Monday, January 30, 2017

Monkey Monday Toy Review – Walmart Exclusive Kong: Skull Island 18” Mega-Figure from Lanard Toys

By Phantom Troublemaker

I am very excited for Kong: Skull Island.

I was also very excited for new King Kong toys.

You may or may not know this, but I have a few toy collections that aren’t focused around a particular brand or character. One of those collections is a glorious shelf of nothing but monkeys. I suppose it would be more accurate to call it my “Primate Shelf” since it includes gorillas, chimpanzees, orangutans, and all manner of our jungle brethren, but “Monkey Shelf” just sounds so much better. And I am always on the lookout for cool new monkeys – used henceforth as a blanket term for all of the above – to put on my shelf.

Of course, this particular Kong is far too large for my Monkey Shelf, but I gave not a single shit because once I saw him on that Walmart shelf three things occurred to me:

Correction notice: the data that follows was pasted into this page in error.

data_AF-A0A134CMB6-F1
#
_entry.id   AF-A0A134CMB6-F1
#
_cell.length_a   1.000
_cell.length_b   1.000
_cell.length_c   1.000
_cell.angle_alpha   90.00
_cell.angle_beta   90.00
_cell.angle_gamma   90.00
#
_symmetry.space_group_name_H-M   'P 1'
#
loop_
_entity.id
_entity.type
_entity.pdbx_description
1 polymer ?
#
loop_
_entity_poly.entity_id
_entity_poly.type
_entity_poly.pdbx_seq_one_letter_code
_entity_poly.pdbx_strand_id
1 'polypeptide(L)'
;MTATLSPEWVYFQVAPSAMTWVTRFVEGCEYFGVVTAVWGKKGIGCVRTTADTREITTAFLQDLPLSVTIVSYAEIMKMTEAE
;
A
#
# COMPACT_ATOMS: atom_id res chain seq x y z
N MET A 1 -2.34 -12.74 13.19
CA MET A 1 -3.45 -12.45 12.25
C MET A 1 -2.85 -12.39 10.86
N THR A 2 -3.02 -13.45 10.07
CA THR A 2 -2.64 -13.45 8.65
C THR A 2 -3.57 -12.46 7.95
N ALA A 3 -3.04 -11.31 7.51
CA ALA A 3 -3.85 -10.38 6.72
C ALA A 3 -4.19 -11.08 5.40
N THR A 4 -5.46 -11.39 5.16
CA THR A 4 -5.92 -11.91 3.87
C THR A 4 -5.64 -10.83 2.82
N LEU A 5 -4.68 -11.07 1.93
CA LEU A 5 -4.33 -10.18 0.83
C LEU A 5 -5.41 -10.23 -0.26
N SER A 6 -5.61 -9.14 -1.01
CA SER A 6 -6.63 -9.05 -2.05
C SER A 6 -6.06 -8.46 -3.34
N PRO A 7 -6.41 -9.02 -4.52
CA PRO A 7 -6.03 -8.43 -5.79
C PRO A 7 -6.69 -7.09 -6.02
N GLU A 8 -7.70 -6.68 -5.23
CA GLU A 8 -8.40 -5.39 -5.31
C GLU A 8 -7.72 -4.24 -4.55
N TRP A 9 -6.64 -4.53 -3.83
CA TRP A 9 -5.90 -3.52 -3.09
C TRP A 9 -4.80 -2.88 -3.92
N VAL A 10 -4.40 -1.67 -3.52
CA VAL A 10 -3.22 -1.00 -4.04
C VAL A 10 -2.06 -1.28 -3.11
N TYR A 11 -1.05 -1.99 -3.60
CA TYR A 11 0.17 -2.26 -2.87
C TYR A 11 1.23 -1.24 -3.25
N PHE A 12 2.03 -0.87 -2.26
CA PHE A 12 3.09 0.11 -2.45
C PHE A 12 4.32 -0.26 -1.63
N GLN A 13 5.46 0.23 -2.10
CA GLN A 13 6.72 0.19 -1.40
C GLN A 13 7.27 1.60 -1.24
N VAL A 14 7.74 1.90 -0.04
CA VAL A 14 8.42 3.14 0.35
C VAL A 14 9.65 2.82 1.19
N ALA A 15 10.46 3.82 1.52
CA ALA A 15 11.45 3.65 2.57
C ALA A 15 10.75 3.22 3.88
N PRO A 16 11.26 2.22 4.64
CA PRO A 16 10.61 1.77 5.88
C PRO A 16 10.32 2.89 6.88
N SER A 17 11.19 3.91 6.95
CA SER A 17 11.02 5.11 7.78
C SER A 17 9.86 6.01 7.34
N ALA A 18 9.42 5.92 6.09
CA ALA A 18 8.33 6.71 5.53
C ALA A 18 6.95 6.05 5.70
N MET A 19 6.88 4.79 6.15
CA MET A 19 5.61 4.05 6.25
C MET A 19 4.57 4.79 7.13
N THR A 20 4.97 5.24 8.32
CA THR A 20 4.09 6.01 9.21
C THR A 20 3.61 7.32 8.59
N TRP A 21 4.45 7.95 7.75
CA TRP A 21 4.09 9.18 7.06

1 – This was one big, gorgeous monkey that dwarfed all of the others in my collection
2 – It was actually a toy and not a fragile articulated statue (more on that later)
3 – It was probably around the right scale to go with the Giant Size Godzilla from JAKKS Pacific (more on that later, too)

Okay, so once I did a little research I discovered that our new Godzilla is 355 feet tall and our new King Kong is 100 feet tall. So this scale is way off. But I’m still happy to have this giant monkey. To be perfectly honest I think that the height disparity is just going to make 2020’s King Kong vs. Godzilla (or Kong v Godzilla: Dawn of Destrucity) all the more interesting. Like Rey Mysterio versus Big Show, except Show has atomic fire breath.

Now let me address the fact that this toy – and the corresponding line – is being made by Lanard Toys.

If you’re a bona fide toy hound you know that Lanard has been producing a military line called The CORPS for over three decades as an economical alternative to pricier military lines like Hasbro’s GI Joe. While the quality of their products might not always be the best on the market, the creativity that goes into the line has always been impressive. And the lower price points have kept The CORPS going strong even as public interest in military lines has waned.

Lanard has several other brands besides The CORPS, but the Skull Island toy line is their first licensed media tie-in (I’m pretty sure). If it were feasible I would love to review the whole range because there’s some very interesting stuff available, but today’s Kong figure is the only thing that I had room for in the budget.